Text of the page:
Celebrate World Social Work Day

Elvira Craig de Silva— Elvira Craig de Silva, DSW, ACSW

From the President

April 15, 2008, will mark the second annual World Social Work Day celebrated and recognized by NASW and coordinated by the International Federation of Social Workers (IFSW). We invite social work professionals everywhere to take pride in the important contributions the profession makes worldwide.

This year's theme, "Making a World of Difference," continues a promotion IFSW launched on its 50th anniversary in 2006. IFSW established the annual observance to showcase the goals and accomplishments of diverse social work professionals in all countries and to raise awareness about the profession's rich history across the globe.

World Social Work Day is about working together to achieve social justice for everyone, as well as human rights and social development for all nations. IFSW believes that international cooperation between professional organizations will further this goal.

Social workers around the world share similar values, strategies and roles. But it is also important to recognize that the profession has evolved to meet the needs of the diverse communities and nations it serves. Currently, 84 nations are members of IFSW, each with different definitions of which populations are most vulnerable and in need of help. Social work infrastructures differ as well, with countries receiving varying types of funding and oversight from government and private sectors to meet a range of goals and expectations.

For example, our colleagues in Canada have worked to make the issue of women and poverty a national priority. Social workers in the European Union are working through a complex transition, pulling disparate social systems together and recruiting enough people to meet service needs in all represented countries. Social work in Latin America has always been focused on the concept that access to social services is a human right; our colleagues pursue their goals there using a classic social action and community organizing approach.

Social workers in South Africa have an advanced system of training, which helps them combat the enemies of poverty and AIDS. The social work profession in India boasts a well-renowned social work institute, which has the attention and respect of that nation's most prominent leaders. And as we have learned through multiple recent conferences, China is vigorously exploring social work's impact on social progress.

These are but a few examples of how social workers are part of renewed global interest in human development as an essential ingredient to social well-being and economic stability. To find out more, visit the IFSW Website and NASW's Social Work Portal.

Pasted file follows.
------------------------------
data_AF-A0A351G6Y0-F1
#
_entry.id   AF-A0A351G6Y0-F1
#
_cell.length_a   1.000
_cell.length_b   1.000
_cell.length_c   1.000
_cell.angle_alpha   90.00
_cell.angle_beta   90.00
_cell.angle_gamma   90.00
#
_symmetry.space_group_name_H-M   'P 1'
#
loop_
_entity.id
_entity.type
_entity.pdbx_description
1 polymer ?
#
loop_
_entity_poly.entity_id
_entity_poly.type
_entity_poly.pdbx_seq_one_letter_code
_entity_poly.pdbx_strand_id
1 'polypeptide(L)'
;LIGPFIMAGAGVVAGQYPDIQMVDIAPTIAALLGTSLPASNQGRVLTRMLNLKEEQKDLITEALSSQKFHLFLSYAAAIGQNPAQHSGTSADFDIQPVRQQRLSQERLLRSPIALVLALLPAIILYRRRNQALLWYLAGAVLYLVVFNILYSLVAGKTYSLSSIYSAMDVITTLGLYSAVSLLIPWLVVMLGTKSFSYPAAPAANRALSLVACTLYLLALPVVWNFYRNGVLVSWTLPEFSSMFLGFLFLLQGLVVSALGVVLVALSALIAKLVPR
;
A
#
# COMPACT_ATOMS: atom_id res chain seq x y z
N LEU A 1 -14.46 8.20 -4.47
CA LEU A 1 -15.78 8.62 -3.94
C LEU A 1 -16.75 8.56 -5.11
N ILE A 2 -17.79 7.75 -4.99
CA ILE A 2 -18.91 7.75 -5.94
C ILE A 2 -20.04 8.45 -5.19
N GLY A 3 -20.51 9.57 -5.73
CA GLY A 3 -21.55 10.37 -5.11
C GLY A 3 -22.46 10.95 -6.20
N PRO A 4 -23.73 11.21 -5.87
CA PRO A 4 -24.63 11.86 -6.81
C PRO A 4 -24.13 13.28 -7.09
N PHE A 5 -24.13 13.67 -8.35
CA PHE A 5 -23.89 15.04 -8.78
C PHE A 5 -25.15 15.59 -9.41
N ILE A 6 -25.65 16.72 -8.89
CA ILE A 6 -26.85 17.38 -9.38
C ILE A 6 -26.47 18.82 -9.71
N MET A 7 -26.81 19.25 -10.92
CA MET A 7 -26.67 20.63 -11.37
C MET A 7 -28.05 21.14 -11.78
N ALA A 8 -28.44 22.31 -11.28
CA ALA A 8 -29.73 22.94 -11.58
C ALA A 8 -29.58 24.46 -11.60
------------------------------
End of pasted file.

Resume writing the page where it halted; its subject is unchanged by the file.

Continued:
In honor of World Social Work Day, sign up for daily news feeds at Google by searching on "social workers" and clicking on the News Alerts envelope. You will be amazed at how many exciting things are happening every day in the social work community, across the U.S. and thousands of miles away.

Lastly, if you are planning a trip abroad, consider calling your destination country's social work organization or any of a number of social service programs there and asking for a tour. This is how we can build on the IFSW vision of an interconnected social work world and greatly improve our knowledge of all human potential.

One of the many honors of being president of NASW is the opportunity to serve on the Executive Committee of the International Federation of Social Workers. A wonderful preface to the World Social Work Day celebration is Social Work Day at the U.N., which a team representing IFSW and the International Association of Schools of Social Work (IASSW) coordinates.

This year's event, held on March 31, marked the 25th anniversary of the meeting in New York City. Over the years, it has grown from 200 people to nearly 1,000 attendees. The IFSW team at the United Nations includes Michael Cronin as the main representative, Robin Mama, Elaine Congress, Marcia Wallace, David Roth and social work interns. Many of these team members have been longtime representatives as well as NASW leaders. This year, David Jones, president of IFSW, welcomed the attendees, as did Abye Tasse, president of IASSW. David is from the United Kingdom, and Abye is from Ethiopia.

World Social Work Day and Social Work Day at the U.N. serve to remind us that social work can make the world a better place. Both occasions also reaffirm our profession's value to those served and to those responsible for building stronger and healthier nations. We all can be proud of that.